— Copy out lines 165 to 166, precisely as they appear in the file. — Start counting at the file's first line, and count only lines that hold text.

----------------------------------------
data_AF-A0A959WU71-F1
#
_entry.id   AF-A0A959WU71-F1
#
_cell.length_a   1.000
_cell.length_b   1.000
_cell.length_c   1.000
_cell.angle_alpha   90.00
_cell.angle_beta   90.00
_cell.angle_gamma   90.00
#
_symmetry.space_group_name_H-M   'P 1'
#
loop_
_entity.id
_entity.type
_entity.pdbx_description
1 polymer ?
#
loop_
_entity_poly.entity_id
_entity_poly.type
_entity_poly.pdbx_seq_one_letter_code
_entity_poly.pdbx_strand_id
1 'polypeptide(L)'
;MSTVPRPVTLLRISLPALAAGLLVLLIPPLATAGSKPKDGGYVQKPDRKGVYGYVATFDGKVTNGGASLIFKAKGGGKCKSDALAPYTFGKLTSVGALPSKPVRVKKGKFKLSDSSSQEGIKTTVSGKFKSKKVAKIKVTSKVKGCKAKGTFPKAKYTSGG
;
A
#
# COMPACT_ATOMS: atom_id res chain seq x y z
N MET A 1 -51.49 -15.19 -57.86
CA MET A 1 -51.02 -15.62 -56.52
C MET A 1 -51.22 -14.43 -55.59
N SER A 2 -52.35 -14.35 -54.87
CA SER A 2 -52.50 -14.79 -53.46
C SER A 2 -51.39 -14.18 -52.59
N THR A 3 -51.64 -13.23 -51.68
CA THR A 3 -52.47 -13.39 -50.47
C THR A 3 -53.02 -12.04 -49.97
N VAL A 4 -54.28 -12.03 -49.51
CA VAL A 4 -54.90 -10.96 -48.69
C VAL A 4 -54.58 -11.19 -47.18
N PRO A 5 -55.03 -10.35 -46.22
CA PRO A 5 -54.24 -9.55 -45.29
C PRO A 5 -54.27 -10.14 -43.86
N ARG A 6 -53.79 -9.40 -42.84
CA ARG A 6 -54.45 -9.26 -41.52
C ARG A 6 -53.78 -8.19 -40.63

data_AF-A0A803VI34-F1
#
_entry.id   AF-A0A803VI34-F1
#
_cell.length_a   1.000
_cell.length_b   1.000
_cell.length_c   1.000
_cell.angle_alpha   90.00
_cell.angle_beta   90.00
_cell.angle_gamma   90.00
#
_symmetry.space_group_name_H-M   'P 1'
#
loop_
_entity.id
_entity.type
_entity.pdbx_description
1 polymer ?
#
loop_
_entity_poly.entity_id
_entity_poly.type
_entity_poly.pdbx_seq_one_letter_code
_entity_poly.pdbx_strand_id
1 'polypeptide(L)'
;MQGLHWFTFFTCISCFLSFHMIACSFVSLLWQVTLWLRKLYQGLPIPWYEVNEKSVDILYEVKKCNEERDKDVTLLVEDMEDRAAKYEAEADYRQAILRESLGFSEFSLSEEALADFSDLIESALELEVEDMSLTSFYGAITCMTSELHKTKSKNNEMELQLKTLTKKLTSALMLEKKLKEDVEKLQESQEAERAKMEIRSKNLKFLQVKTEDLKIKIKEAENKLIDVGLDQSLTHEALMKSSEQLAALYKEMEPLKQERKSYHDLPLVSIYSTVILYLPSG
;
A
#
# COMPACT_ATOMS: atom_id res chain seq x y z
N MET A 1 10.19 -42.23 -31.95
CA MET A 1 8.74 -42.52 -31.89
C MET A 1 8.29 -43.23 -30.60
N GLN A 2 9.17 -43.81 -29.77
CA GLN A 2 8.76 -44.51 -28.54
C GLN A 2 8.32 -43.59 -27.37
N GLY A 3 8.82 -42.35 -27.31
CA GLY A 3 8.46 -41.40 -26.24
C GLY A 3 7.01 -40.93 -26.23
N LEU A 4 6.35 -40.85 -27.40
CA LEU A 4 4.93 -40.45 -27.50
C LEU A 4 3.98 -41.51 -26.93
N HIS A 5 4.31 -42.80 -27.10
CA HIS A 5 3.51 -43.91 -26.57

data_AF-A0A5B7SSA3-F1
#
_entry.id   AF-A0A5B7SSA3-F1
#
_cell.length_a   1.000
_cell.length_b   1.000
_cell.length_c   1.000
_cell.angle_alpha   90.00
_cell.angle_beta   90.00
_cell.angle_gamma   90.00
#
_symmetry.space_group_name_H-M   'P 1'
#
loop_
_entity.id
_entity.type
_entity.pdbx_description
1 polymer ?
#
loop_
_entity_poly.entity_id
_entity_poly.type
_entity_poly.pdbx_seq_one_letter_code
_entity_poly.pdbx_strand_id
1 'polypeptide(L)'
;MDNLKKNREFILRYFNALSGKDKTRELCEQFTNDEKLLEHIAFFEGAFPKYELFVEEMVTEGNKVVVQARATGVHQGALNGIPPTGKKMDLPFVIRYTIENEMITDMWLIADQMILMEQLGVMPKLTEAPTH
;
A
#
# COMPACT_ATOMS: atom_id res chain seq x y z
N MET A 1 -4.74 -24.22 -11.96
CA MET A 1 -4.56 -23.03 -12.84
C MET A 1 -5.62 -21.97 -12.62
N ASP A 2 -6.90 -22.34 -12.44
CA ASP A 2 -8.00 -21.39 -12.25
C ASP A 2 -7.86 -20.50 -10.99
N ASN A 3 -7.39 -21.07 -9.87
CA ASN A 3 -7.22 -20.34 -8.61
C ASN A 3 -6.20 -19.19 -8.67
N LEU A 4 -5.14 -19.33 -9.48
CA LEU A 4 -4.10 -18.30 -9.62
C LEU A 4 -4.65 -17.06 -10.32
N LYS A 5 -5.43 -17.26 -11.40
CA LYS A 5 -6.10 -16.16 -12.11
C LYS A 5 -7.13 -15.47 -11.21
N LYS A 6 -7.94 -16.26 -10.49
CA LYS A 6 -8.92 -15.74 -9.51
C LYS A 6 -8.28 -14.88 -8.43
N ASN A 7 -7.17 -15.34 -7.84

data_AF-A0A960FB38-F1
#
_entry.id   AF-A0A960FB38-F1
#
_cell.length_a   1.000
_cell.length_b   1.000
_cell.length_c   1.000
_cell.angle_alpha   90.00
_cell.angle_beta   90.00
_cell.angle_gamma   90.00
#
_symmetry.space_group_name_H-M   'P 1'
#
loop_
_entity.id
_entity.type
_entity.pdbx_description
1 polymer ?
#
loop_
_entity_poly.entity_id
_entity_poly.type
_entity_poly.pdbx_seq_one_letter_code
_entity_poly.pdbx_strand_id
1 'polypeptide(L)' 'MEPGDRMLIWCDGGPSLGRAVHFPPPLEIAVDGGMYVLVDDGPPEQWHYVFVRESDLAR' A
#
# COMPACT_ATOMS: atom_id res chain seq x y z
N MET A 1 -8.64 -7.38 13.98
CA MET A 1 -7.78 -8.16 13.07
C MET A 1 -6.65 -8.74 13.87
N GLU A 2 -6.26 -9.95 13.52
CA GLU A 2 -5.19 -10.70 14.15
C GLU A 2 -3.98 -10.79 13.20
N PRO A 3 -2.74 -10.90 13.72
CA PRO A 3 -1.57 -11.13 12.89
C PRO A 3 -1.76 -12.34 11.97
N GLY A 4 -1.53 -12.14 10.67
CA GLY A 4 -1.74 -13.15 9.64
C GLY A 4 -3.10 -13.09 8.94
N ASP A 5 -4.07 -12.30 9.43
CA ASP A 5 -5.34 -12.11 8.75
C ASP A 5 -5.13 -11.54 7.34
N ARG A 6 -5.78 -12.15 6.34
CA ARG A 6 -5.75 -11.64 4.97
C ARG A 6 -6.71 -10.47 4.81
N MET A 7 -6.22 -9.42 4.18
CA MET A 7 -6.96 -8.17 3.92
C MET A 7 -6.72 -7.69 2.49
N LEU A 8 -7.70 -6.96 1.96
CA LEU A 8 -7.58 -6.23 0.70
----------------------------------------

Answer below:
_entity_poly.pdbx_strand_id
1 'polypeptide(L)' 'MEPGDRMLIWCDGGPSLGRAVHFPPPLEIAVDGGMYVLVDDGPPEQWHYVFVRESDLAR' A